NH executives aren’t hurting

CEOs of New Hampshire companies make less than the national average, but many of them are still pulling in millions.

The state’s highest-paid CEO, based on a comparison of New Hampshire-based companies that are publicly traded, is GT Solar’s Tom Gutierrez, who collected $5.31 million in total compensation last fiscal year. Only $221,000 was base salary; the rest came from bonuses, stock options and other incentives.

Timberland’s Jeffrey Swartz takes second place with a $4.09 million compensation package made up of $825,000 in base salary, $1.5 million in stocks and options, and $1.4 million in incentive pay.

Rounding out the bottom is David Robbins, of Hudson-based Micronetics, a company that, among other things, makes a transceiver used to bring satellite-based broadband service to airplanes. His total compensation was $279,941.

Spring is the time of year when most public companies disclose the prior year pay of their top executives, as is required annually by the U.S. Securities and Exchange Commission.

The exceptions are companies that operate on a fiscal year that’s different from the calendar year. GT Solar, for example, discloses its executive compensation in the summer, following its June 30 close of the fiscal year.

Nationally, CEO pay shot up in 2010 as the economy improved. Median CEO compensation jumped 27 percent to $9 million, according to a USA Today report that analyzed data from GovernanceMetrics. The spike followed three years of declines in CEO pay, and it occurred despite a still-fragile economy and stagnant wages for employees.

“There hasn’t been much, shall we say, humility after the recession,” said Charlie Cray, director of the Center for Corporate Policy in Washington, D.C.

Generally, New Hampshire CEOs also saw an increase in pay. PC Connection’s Patricia Gallup got a 12 percent raise to $1.75 million in total compensation; Pennichuck’s Duane Montopoli also earned 12 percent more for total compensation of $451,100; and White Mountain Insurance Group’s Raymond Barrette collected 7 percent more for a total of $1.72 million.

It’s possible that companies are starting to reward executives for better financial performance, said Daniel Innis, dean of the Whittemore School of Business and Economics at the University of New Hampshire, but he cautioned against considering the increase in New Hampshire CEO pay a trend.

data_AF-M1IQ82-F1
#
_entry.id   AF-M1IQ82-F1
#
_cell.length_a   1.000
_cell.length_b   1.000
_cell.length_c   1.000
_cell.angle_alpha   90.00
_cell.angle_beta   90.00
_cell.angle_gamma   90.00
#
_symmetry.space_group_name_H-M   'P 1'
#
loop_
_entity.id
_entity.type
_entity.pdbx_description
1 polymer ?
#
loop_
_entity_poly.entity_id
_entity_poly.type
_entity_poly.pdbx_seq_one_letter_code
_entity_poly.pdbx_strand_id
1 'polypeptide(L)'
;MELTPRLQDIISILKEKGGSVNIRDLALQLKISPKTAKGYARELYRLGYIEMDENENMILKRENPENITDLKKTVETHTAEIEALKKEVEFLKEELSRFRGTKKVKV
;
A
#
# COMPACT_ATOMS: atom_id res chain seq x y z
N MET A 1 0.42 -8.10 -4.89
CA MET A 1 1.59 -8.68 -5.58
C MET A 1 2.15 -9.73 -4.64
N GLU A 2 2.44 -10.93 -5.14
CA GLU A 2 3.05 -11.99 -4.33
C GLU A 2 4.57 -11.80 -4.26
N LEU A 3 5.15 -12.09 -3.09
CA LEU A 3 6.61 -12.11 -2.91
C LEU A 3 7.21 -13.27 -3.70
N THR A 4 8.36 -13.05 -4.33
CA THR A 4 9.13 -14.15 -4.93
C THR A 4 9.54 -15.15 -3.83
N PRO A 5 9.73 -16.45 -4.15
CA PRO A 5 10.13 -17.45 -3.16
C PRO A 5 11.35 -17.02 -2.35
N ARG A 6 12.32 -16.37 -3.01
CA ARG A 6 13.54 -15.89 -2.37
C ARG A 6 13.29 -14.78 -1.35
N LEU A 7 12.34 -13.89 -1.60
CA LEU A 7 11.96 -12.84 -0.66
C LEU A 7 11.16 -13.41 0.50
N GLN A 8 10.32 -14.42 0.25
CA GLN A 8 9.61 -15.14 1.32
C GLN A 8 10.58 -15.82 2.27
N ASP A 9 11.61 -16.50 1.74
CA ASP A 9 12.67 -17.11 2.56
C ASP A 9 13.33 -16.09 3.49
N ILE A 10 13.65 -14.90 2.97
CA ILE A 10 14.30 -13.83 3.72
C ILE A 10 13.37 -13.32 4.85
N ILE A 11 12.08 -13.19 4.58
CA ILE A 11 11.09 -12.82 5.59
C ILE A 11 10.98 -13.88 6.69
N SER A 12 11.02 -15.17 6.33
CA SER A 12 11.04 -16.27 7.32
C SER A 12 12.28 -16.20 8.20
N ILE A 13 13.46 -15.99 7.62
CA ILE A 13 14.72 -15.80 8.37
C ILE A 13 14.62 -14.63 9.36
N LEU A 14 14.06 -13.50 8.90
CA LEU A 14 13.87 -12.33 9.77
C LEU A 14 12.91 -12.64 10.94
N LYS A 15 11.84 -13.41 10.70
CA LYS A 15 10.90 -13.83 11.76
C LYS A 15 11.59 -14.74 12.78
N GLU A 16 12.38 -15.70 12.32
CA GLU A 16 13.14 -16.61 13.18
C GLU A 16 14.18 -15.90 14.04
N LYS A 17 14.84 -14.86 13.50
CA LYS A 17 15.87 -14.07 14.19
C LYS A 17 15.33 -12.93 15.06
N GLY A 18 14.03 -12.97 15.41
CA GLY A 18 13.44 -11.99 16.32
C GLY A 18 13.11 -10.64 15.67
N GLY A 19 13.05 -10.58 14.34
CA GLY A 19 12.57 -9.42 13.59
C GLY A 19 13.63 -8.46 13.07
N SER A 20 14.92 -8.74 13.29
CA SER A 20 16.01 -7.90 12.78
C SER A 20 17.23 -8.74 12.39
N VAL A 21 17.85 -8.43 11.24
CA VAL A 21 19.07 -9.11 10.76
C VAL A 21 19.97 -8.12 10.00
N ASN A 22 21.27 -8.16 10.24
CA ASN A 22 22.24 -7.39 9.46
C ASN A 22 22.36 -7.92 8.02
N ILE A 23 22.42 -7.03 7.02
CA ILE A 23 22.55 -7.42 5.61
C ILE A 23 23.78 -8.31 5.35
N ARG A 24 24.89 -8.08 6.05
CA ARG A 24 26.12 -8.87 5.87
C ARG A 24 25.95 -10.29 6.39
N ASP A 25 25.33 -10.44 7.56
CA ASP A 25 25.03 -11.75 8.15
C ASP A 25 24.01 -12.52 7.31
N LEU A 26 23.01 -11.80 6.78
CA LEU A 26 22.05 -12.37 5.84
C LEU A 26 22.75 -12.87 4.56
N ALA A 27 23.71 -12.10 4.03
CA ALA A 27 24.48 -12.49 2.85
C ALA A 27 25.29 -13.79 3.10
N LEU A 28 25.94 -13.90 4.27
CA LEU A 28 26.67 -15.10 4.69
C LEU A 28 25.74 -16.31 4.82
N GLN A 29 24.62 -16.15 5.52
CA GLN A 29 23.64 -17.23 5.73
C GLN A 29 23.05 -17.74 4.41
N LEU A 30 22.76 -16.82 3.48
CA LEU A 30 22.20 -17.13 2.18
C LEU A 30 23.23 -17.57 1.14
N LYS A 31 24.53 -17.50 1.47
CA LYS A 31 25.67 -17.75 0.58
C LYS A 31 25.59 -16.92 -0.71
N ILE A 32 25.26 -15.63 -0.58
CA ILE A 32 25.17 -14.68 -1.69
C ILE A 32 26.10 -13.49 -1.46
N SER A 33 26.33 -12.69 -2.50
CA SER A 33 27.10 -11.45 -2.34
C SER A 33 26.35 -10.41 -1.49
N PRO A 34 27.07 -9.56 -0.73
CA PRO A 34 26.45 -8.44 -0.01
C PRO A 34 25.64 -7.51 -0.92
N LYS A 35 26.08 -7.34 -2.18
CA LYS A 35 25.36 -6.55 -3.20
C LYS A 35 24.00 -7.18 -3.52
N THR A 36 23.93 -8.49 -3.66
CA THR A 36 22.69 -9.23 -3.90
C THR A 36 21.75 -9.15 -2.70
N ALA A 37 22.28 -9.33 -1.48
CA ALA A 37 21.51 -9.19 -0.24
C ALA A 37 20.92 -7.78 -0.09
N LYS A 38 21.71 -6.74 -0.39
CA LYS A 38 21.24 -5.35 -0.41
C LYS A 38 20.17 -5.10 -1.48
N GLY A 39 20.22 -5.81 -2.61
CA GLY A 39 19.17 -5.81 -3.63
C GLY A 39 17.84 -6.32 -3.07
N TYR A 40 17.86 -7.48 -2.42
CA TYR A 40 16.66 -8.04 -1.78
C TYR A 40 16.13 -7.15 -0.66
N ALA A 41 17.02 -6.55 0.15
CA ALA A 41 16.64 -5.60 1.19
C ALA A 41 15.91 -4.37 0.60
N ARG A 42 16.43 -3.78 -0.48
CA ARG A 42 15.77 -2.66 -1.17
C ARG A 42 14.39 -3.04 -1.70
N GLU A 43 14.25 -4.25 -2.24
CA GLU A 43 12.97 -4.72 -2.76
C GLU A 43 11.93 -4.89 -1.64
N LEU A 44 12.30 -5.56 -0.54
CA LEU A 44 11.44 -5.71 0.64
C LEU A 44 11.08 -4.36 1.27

In recent years, CEO pay has been the subject of much public debate. After the bank bailouts began in 2008 under the Federal Troubled Asset Relief Program, serious questions were raised about the bonuses and incentive pay being awarded to executives who led their companies into near-financial collapse. Goldman Sachs CEO Lloyd Blankfein became the poster child for Wall Street excess after it was revealed that he made $68.5 million in 2007 – $67.9 of which came in the form of bonuses and other incentive pay.

Congress, as part of the 2009 stimulus bill, limited bonuses for executives at banks and other financial institutions that accepted TARP money.

And last year, Congress passed the Wall Street Reform and Consumer Protection Act, which requires public companies to give their shareholders a vote on CEO pay.

Merrimack’s GT Solar, which makes equipment other companies use to make solar panels, is in the process of reviewing and revising its compensation plan, said Jeff Nestel-Patt, director of marketing and communications. Citing that process, the company declined to comment further.

PC Connection, a computer equipment reseller that’s also based in Merrimack, is seeking shareholder approval to increase its maximum executive bonus from $1 million to $2 million annually, according to documents filed with the Securities and Exchange Commission.

Salary is generally a small portion of executive compensation, and that’s by design. By offering bonuses and stock options, companies can tie a CEO’s pay directly to the company’s performance.

In New Hampshire, the most recent CEO salary data suggests a strong link between pay and performance. CEOs of profitable companies earned more during the last fiscal year than they did the year prior. CEOs of the two companies that lost money saw a decline in pay.

ICAD, a Nashua medical software company, paid CEO Ken Ferry $505,850 in the 2009 fiscal year, the most recent year for which executive pay has been reported, down about 57 percent from $1.18 million in the 2008 fiscal year. ICAD lost $2 million in the 2009 fiscal year.

Ezenia, another Nashua software company, paid CEO Khoa Nguyen $770,304 in the 2009 fiscal year, when the struggling company lost $3.4 million. That was a decline of about 11 percent from the $868,511 Nguyen collected in the 2008 fiscal year.

GT Solar and Timberland – the companies with the highest CEO salaries – also had some of the highest profits: $87 million each in 2010.

Despite controversy in recent years over CEO salaries, Innis, the UNH dean, said the job also comes with giant responsibilities.

“To the average person, it’s a lot of money, but with it comes enormous responsibility and long hours,” he said. “A leader sets a tone for the company and helps it meet its vision; they create a culture. They really do play an important role.”

The question that remains, Innis said, is whether employees are getting raises when the CEO does.

Ashley Smith can be reached at 594-6446 or asmith@nashuatelegraph.com.